Here we are again with another stamp duty cut. Although this time, it’s permanent. Unlike other measures announced in the “mini” Budget, the tax cut has not become the subject of a U-turn – at the time of writing.
According to the Treasury, cuts to stamp duty are expected to “boost spending on household goods and support the hundreds of thousands of jobs in the property industry from removals companies to decorators”.
But as households contend with the cost of living crisis, it is hard to imagine people spending money on all the expenses that come with moving home.
Indeed, analysis from the Office for National Statistics shows that for those who had seen their cost of living increase, over half (57 per cent) were spending less on non-essentials as a result, using less gas and electricity in their home (51 per cent), and cutting back on non-essential car journeys (42 per cent).
A very different environment
While the stamp duty holiday of 2020-21 drove peaks in mortgage borrowing and property transactions, the tax cut announced in September's “mini” Budget has been overshadowed by concerns over rising interest rates.
And unlike the stamp duty holiday, a permanent tax cut means there is not the same rush to secure a mortgage and get a house move done.
A September survey from the Building Societies Association, taken days after the “mini” Budget and the base rate rising to a 14-year high, found 52 per cent of people did not think it was a good time to buy a property, up from 39 per cent in June.
With lockdown having led to lower discretionary spending, so that some could put down a bigger deposit towards their stamp duty holiday purchase, savings on discretionary spending are now more likely to be going towards rising essential expenses.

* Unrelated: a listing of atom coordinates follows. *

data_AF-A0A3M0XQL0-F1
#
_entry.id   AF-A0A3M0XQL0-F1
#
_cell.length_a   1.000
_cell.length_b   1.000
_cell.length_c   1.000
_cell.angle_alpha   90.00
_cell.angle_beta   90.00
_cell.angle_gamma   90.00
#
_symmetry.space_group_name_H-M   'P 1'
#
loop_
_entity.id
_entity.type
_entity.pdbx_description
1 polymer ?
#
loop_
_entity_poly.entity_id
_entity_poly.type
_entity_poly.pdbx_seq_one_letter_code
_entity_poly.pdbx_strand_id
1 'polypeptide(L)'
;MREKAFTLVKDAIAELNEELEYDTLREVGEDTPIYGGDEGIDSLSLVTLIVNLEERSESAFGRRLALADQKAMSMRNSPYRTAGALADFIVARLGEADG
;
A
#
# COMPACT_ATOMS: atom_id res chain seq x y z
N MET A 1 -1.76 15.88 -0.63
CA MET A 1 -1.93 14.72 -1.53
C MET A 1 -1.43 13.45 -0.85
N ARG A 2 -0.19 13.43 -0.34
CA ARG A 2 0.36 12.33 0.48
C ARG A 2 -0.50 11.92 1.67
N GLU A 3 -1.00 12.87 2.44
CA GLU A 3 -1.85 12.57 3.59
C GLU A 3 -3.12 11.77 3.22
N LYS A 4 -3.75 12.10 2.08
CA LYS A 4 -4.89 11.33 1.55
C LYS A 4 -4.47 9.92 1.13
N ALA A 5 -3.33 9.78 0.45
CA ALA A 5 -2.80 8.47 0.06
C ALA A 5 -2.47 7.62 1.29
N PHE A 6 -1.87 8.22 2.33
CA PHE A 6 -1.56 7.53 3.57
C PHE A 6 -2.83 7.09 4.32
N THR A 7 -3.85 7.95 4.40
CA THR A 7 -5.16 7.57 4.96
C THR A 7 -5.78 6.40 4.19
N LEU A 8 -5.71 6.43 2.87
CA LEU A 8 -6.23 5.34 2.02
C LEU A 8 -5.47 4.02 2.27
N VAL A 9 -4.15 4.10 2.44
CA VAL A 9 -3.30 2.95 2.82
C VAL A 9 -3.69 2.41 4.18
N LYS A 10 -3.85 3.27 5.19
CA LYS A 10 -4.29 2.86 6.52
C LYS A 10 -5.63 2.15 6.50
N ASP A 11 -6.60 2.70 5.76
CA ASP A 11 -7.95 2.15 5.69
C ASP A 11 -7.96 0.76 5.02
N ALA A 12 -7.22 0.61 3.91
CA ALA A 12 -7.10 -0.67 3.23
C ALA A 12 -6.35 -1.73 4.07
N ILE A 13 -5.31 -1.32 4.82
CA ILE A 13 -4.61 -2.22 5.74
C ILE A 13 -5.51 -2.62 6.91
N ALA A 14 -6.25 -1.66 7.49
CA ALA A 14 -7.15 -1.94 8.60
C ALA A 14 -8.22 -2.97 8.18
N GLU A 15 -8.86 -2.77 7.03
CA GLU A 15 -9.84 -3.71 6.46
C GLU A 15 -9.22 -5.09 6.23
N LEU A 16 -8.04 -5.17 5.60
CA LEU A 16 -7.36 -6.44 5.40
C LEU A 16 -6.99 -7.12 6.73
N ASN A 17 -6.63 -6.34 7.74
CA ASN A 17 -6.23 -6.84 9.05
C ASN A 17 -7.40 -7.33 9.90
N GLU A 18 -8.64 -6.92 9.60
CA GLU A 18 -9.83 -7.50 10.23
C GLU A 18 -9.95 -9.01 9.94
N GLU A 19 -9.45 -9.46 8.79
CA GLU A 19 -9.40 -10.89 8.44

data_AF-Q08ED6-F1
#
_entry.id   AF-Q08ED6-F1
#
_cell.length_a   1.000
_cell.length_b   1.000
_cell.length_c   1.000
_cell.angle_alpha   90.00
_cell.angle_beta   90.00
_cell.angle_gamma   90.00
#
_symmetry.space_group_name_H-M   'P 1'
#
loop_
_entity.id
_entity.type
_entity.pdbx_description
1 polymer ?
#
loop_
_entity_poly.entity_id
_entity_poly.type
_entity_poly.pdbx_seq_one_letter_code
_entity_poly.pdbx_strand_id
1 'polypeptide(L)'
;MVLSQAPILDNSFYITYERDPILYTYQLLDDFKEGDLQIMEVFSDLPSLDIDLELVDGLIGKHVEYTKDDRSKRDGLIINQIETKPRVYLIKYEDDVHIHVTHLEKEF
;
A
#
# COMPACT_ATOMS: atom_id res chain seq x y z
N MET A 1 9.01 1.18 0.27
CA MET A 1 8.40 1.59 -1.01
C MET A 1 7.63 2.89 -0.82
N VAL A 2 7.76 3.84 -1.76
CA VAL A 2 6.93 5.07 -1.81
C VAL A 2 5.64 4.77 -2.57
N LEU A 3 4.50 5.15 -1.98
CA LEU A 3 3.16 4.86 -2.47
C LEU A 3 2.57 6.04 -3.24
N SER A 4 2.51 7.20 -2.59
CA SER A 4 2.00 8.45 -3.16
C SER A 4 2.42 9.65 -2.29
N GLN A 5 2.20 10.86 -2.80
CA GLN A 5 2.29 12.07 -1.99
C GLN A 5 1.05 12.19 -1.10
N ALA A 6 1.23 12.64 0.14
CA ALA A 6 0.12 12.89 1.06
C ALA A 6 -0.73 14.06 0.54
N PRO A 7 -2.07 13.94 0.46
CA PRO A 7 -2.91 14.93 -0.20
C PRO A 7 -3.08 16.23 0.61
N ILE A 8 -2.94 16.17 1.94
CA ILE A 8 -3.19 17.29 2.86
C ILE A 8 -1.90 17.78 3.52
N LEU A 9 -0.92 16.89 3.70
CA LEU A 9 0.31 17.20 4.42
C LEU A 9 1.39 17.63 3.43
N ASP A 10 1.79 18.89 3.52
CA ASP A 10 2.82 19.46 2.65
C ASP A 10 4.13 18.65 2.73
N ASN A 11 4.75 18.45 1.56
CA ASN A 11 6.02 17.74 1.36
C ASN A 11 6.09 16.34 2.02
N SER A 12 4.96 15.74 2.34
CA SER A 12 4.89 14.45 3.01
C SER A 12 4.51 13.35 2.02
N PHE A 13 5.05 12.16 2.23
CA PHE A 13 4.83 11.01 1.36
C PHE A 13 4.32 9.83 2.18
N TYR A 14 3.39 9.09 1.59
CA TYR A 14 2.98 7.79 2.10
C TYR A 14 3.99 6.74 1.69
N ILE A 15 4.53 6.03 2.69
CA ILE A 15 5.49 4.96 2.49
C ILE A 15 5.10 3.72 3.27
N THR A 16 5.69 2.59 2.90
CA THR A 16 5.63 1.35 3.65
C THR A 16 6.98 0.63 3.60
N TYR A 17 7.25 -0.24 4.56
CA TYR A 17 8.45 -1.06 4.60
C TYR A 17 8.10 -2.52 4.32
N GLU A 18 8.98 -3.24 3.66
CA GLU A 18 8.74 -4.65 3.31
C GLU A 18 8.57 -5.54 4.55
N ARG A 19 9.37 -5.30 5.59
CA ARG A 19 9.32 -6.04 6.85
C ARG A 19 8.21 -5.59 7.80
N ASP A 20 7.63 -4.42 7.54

Lockdowns during the stamp duty holiday may have also previously fuelled demand for more space both indoors and out, but high interest rates and energy bills are now creating concerns for homeowners over paying the mortgage on their existing home, and being able to keep that home warm.
Like the stamp duty cut, there is also a sense of déjà vu in the mortgage market, with lenders withdrawing products, but for very different reasons.
Lockdown saw lenders pull back amid pressures on service levels and valuers not being able to inspect properties in-person, but now volatility in swap rates has caused lenders to exit, reprice and return.
Fixed rate deals are subsequently not what they were, with some products exceeding 6 per cent – a stark contrast to rates that were available below 1 per cent last year.
Displacing the raising of a deposit as the greatest obstacle, affordability of mortgage repayments was cited as the biggest barrier to buying a property, according to two-thirds of people (65 per cent) in the BSA’s survey.